6. Hedera helix
A hardy trailing option is Hedera helix, commonly known as English ivy. These are lovely creeping plants that can withstand lower light and temperatures. In fact, ivy likes to be kept around 10 to 18 degrees so are happy in a draughty spot in your home. To keep your ivy happy and healthy keep the compost evenly moist and cool.
7. Boston Ferns
Naturally growing on the ground of forests and swamps, the Boston Fern is native across the West Indies, South America, Polynesia and Africa. It is known for its impressive cascading fronds so why not raise it up in a plant stand in a living room or place on your bathroom shelf? Mist frequently as they are humidity lovers, and water when the top inch of compost is dry.
People are always surprised to hear that tropical palms are actually pretty shade tolerant.
Their lush, splaying leaves are easily burned in direct light so are a perfect option for an empty corner away from the window. Palms are humidity lovers too, so be sure to mist them a couple of times a week to keep their foliage lush and prevent excessive browning of leaf-tips!
Known for their air purifying qualities, Peace Lilies are native to South America. They are super easy to care for and let you know when they are ready to be watered by slightly drooping their leaves!
Alternatively, check that the top inch of compost has completely dried out before re-watering and mist frequently. When your Spathiphyllum stops flowering, move to a cooler spot and reduce watering for a few weeks to promote new blooms.
10. English Ivy
A hardy trailing option is Hedera helix, commonly known as English ivy. These are lovely creeping plants that can withstand lower light and temperatures. In fact, ivy likes to be kept around 10 to 18 degrees so they are happy in a draughty spot in your home. To keep your ivy happy and healthy keep the compost evenly moist and cool.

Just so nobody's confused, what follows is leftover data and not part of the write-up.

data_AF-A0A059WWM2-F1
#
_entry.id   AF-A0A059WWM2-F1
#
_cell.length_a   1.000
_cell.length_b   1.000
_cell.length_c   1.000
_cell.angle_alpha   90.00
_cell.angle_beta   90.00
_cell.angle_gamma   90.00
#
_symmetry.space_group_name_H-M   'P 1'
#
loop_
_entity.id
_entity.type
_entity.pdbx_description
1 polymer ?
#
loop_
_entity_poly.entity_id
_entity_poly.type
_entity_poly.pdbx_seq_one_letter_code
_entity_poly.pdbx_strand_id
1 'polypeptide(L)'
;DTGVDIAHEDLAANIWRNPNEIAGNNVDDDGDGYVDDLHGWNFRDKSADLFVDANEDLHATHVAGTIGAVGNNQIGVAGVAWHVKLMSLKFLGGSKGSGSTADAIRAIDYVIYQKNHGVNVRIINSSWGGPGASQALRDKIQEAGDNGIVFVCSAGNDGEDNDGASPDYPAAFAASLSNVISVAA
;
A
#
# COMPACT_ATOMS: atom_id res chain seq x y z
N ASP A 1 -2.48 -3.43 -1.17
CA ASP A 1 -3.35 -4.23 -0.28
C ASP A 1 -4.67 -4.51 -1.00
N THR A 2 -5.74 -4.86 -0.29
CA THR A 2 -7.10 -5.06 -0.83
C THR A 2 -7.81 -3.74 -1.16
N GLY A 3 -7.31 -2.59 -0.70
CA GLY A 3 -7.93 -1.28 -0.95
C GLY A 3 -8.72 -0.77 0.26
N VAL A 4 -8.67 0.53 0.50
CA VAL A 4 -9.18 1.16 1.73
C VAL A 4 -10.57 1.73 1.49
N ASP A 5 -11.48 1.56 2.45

Plants for an internal or windowless room?
Sadly, no plant can survive in the complete darkness of an internal or windowless room. For this reason, we would only recommend our three most shade tolerant options which are Zamioculcas zamifolia’, ‘Aspidistra’ or any type of ‘Sansevieria’ - but be sure to move them into a bright room for a day once a week to allow them to photosynthesize. Alternatively, have two of the same plant and rotate them between a light room and a dark room.
Another way to overcome the light issue in windowless rooms is to invest in a grow light.
Grow lights can also help to give your plant a boost by mimicking sunlight. Here at Grow Urban we stock one of the most sophisticated grow lights on the market. The ‘Plantspectrum16’ is designed to enhance plant growth by using a full-spectrum LED light module.
Whether it’s a north-facing room, shady hallway or just a dark corner, I hope this guide has helped you acquire all the information you need to ensure you choose the right plant for your space!
Now, with our brand-new website, finding a plant for a shady spot has never been easier.
Use our ‘Shade Tolerant’ filter to browse what’s currently in stock. Alternatively, pop into one of our stores and our Plant Gurus can guide you to our ‘Shade Tolerant’ plant room where you can hand pick the right plant for you.